• Journal Article

Identification of a gene expression signature associated with recurrent disease in squamous cell carcinoma of the head and neck

Citation

Ginos, M. A., Page, G., Michalowicz, B. S., Patel, K. J., Volker, S. E., Pambuccian, S. E., ... Gaffney, P. M. (2004). Identification of a gene expression signature associated with recurrent disease in squamous cell carcinoma of the head and neck. Cancer Research, 64(1), 55-63. DOI: 10.1158/0008-5472.CAN-03-2144

Abstract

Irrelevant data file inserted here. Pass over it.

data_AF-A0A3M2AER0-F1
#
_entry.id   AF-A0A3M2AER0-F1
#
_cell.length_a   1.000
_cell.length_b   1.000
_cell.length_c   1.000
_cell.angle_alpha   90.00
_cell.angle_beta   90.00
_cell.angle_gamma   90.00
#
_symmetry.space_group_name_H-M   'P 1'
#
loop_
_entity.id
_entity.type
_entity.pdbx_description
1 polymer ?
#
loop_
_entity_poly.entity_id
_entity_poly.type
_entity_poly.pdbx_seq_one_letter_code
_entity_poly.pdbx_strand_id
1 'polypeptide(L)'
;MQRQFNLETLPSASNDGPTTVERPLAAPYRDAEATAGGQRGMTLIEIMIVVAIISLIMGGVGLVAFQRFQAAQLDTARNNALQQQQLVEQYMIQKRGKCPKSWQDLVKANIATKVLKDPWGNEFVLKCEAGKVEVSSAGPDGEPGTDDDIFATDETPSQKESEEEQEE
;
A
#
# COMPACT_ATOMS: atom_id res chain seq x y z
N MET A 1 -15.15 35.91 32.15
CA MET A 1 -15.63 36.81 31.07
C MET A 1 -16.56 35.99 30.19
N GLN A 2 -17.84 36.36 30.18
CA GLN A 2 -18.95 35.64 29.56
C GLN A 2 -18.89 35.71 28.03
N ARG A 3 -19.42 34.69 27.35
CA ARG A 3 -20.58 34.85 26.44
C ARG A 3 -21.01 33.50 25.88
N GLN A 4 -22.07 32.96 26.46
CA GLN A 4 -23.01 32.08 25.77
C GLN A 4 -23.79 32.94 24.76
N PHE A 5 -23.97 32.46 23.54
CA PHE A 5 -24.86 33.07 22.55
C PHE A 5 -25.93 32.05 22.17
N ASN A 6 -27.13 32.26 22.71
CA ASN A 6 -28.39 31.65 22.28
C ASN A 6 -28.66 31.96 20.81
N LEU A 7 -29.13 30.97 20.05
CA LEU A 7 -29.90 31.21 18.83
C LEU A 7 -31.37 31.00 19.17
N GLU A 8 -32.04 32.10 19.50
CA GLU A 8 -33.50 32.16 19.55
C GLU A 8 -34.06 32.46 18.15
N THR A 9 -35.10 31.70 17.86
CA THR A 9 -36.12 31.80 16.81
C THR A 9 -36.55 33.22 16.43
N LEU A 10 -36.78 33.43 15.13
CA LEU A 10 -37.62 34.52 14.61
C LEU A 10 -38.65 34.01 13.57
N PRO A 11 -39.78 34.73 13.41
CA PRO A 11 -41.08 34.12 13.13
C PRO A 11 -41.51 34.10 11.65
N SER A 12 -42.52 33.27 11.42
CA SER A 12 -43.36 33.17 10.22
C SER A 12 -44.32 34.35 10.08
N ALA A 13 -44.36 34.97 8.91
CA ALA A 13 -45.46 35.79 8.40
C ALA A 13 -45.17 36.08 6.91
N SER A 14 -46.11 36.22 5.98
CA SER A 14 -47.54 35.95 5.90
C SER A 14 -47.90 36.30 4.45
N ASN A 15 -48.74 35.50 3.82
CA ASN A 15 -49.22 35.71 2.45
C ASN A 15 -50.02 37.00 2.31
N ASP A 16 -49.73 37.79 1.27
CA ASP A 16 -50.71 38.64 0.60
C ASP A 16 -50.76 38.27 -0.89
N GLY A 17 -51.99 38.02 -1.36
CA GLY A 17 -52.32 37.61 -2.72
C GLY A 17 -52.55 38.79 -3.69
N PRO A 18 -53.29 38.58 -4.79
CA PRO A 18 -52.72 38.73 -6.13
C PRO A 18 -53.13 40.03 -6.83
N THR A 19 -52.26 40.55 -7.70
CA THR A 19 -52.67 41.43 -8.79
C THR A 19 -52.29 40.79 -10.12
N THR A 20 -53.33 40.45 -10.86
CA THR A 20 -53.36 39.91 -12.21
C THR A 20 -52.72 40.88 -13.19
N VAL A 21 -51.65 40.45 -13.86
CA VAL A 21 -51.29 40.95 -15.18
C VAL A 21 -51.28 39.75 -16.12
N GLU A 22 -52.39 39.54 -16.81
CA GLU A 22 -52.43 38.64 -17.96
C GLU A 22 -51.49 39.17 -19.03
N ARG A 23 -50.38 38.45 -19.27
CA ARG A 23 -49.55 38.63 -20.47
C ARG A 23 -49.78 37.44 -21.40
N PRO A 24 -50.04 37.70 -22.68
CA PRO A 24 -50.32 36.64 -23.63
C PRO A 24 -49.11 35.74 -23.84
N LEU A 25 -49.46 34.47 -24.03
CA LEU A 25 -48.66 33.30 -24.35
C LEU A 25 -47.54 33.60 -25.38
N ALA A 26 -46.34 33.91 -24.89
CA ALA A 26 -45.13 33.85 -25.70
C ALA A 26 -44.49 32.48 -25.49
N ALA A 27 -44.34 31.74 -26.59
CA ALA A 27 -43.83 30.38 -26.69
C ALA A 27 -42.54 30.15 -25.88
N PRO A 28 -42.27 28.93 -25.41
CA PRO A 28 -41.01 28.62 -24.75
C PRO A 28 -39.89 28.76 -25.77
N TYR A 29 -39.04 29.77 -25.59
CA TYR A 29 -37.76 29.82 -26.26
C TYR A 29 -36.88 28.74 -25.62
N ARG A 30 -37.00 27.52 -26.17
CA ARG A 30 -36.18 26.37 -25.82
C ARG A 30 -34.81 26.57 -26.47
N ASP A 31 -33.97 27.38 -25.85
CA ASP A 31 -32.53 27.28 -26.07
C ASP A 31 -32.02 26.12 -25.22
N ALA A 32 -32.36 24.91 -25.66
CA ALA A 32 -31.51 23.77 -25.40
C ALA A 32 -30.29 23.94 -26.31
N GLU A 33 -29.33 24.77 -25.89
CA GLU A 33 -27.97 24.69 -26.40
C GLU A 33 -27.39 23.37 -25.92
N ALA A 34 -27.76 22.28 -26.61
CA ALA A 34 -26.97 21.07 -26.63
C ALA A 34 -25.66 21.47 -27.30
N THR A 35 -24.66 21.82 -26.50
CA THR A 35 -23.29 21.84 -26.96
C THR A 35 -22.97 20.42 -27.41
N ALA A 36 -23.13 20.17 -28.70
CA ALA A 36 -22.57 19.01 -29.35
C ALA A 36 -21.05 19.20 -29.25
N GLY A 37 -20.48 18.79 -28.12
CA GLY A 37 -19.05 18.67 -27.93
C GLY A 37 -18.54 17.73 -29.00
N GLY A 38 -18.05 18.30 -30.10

Molecular studies of squamous cell carcinoma of the head and neck (HNSCC) have demonstrated multiple genetic abnormalities such as activation of various oncogenes (Ras, Myc, epidermal growth factor receptor, and cyclin D1), tumor suppressor gene inactivation (TP53 and p16), and loss of heterozygosity at numerous chromosomal locations. Despite these observations, accurate and reliable biomarkers that predict patients at highest risk for local recurrence have yet to be defined. In an effort to identify gene expression signatures that may serve as biomarkers, we studied 41 squamous cell carcinoma tumors (25 primary and 16 locally recurrent) from various anatomical sites and 13 normal oral mucosal biopsy samples from healthy volunteers with microarray analysis using Affymetrix U133A GeneChip arrays. Differentially expressed genes were identified by calculating generalized t tests (P < 0.001) and applying a series of filtering criteria to yield a highly discriminant list of 2890 genes. Hierarchical clustering and image generation using standard software were used to visualize gene expression signatures. Several gene expression signatures were readily identifiable in the HNSCC tumors, including signatures associated with proliferation, extracellular matrix production, cytokine/chemokine expression, and immune response. Of particular interest was the association of a gene expression signature enriched for genes involved in tumor invasion and metastasis with patients experiencing locally recurrent disease. Notably, these tumors also demonstrated a marked absence of an immune response signature suggesting that modulation of tumor-specific immune responses may play a role in local treatment failure. These data provide evidence for a new gene expression-based biomarker of local treatment failure in HNSCC